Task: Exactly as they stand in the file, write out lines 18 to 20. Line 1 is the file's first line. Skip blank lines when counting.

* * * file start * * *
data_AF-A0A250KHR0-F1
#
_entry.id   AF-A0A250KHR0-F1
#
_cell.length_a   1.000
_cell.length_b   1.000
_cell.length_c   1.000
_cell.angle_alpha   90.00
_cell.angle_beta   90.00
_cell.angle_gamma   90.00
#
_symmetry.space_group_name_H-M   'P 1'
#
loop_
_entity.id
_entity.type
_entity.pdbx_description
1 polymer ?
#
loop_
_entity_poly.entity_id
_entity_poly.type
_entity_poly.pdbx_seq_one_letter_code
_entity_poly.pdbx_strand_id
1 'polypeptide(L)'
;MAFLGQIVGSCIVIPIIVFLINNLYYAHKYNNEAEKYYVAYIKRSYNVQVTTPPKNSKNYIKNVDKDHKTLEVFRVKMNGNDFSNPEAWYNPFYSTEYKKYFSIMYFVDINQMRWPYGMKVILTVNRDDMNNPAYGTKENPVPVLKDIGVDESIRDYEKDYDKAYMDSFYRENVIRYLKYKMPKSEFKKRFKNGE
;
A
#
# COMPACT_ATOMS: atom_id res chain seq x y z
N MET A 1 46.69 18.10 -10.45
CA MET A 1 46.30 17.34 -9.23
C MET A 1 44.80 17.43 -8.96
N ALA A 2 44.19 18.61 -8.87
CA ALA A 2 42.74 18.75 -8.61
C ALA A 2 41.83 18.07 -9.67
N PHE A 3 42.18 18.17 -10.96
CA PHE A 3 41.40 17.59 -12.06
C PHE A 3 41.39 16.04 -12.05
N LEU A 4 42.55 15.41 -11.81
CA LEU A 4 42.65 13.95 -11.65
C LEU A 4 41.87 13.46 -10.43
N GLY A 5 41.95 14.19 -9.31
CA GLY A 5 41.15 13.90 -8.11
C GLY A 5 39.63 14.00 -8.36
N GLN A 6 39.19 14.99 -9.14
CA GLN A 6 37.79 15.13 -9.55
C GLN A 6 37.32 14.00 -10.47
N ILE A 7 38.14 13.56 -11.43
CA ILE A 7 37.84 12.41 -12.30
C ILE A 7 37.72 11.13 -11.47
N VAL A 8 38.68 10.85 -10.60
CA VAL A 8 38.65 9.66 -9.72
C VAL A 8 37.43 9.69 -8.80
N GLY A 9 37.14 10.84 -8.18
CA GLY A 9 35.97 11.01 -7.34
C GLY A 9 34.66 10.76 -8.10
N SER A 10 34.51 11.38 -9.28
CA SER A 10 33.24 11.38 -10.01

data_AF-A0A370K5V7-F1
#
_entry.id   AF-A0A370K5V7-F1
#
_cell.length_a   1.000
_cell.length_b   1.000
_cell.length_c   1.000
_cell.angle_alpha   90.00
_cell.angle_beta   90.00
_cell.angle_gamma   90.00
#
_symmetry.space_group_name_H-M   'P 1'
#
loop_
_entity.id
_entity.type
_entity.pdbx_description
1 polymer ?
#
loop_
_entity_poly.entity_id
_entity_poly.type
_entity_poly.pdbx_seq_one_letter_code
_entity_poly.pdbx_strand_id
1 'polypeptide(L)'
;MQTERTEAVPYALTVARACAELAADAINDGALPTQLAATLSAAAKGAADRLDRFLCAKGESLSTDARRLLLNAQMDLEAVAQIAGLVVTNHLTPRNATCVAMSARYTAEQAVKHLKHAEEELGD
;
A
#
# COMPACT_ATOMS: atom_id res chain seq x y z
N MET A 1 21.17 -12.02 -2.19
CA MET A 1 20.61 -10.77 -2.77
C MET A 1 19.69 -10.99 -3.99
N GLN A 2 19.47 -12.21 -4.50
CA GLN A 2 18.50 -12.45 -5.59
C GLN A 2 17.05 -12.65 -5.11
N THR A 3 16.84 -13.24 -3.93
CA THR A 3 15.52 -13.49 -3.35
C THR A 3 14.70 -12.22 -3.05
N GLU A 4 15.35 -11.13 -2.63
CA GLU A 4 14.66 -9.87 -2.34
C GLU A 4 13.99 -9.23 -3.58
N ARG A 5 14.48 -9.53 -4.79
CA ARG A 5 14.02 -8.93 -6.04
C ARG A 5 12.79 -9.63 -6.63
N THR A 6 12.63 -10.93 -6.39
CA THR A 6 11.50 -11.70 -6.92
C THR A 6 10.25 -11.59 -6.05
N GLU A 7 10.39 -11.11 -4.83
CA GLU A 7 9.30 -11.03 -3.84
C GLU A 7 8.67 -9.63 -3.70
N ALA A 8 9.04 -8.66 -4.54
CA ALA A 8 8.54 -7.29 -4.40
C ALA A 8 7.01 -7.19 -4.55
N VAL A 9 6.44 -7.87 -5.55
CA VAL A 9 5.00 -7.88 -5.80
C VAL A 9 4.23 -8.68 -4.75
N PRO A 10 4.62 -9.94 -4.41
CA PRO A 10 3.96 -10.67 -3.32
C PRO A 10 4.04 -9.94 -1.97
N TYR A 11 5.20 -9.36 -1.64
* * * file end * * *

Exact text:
1 polymer ?
#
loop_